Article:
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that little which he knoweth : for, (1.) What is it that he is ignorant of?

1. He hath no sound and real knowledge of God. For if he knew God truly, he could not but love him : goodness is so naturally the object of the will, that if men well knew the infinite Good, they must needs love him ; however there is a partial knowledge that is separable from sincere love.

2. He that knoweth not and loveth not God, neither knoweth nor loveth any creature truly and effectually either as it is of God, or through him, or to him; either as it beareth the impress of the glorious efficient, or as it is ordered to its end by the most wise director, or as it is a means to lead up souls to God, or to glorify and please him, no nor to make man truly happy. And can he be said indeed to know any creature that knoweth it not in any of these respects, that knoweth neither its original, order or use? Doth a dog or a goose know a book of philosophy, because he looketh on it, and seeth the bulk ? Doth he know a clock or watch, who knoweth no more of it, but that it hath such parts and shapes, made of iron and brass ? It is most evident that an unholy person knoweth nothing : that is, no one being, though he may know.aliquid de re aliqua,' something of some being : for he knoweth not the nature, order or use and end of a being, but only secundum quid,' or some accidents of it, or has a general knowledge that it is a substance, or a something, he knoweth not what :- As an Epicurean can call all things compacted atoms, or matter and motion. An ungodly man is just like one that studieth the art of a scrivener or printer, to make the letters, and place them by art, but never learned to read or know the signification of the letters which he maketh or composeth.

Practical objects are not truly known without a practical knowledge of them. He knoweth not what meat is, that knoweth not that it must be eaten, and how to eat it: he only knoweth the use of clothing that knoweth how to put it on. He only knoweth a pen, a gun, or other instrument, that knoweth how to use it. Now the ungodly, not knowing how any creature displayeth the Di. vine perfections, nor how by it to ascend to the knowledge and love of God, do indeed know no. thing with a proper,

formal knowledge. (2.) And what is it that such men know, or seem to know, which may be compared with their ignorance? To give them their due praise, they know how to eat as well as a dog, though not so subtlely as an ox or sheep, that can distinguish grass before he taste it. He can tell how to drink, though not by so constant a temperance as a beast. He can speak better than a parrot: he can build a house as apt for his use, as a swallow or other birds can do for theirs. He can lay up for the time to come, more carefully than a fox, or ant, though not soorderly as the bees : he can look upwards, and see the birds that soar and fly in the air, though he cannot imitate them: he can look into the surface of the waters, and artificially pass over them in ships, though he cannot live in them, or glide through them as the fish : he can master those that are weaker than himself, as the great dogs do the little ones, and carry away the bone from them all : he can glory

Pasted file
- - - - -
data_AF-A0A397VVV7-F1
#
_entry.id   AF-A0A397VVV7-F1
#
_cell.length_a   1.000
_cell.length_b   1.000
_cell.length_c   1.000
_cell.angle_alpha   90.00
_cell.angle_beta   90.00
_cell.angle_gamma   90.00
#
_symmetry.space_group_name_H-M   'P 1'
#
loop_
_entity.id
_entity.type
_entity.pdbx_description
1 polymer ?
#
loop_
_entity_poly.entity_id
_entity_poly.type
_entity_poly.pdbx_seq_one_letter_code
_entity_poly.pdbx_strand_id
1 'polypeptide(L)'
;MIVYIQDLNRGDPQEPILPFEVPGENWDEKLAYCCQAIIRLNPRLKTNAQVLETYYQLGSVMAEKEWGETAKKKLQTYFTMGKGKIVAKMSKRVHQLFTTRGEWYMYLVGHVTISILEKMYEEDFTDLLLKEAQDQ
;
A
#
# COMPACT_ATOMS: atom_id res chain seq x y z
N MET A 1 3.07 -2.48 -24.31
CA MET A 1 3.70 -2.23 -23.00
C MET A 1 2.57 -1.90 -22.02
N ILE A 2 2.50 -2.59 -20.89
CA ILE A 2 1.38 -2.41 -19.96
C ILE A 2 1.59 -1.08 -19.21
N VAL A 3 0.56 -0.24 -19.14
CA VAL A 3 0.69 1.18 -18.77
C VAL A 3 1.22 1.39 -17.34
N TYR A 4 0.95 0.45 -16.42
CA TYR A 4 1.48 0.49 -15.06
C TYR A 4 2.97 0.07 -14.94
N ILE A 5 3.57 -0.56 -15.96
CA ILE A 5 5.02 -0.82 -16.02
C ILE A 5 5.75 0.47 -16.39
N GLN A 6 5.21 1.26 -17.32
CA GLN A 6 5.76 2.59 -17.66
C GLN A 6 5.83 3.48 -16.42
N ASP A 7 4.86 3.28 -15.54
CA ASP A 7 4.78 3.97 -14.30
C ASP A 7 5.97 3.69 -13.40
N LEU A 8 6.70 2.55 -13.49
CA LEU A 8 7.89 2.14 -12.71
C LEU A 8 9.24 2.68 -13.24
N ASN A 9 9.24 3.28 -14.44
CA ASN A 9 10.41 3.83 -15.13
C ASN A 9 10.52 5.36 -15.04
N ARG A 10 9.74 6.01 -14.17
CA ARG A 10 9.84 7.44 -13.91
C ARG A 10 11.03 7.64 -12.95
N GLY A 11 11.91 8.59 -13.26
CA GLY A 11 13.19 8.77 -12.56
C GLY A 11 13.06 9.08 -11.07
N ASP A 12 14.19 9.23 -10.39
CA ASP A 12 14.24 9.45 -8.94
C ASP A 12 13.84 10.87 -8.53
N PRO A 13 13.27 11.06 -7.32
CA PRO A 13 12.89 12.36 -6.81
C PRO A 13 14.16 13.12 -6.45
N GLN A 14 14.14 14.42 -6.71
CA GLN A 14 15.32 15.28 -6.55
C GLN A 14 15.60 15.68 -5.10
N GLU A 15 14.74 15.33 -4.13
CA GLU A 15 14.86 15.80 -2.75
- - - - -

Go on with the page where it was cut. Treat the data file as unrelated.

3.] True Saving Knowledge. 141 in his strength, though it be less than that of a horse, an ox, an elephant's, or a whale. He can kill and eat his fellow animals, as well as a pike among the fishes, a kite among the birds, or a wolf or a dog among the beasts : he can more craftily than the fox, entrap and ensnare them (fishes, birds and beasts); yea, as artificially as a spider doth the flies, to make up what he wants, of the hawk or dog for swift pursuit, or of the lion for rapacious strength. He can sing; and so can the linnet, the owsel, the lark and nightingale: he can make his bed as soft as the birds their nests, or as other creatures that love their ease: he can generate and breed up his offspring, though not with that constancy of affection, and accurateness of skill and industry, as a hen her chickens, or most other animals do their young. Yea, he can live in society, fami. lies, common-wealths, though much more disorderly, contentiously, and to the disturbance, if not destruction of others, than pigeons in their dove-house, or the flight of swallows, or larks, or lapwings; or, than the bees do in their hive.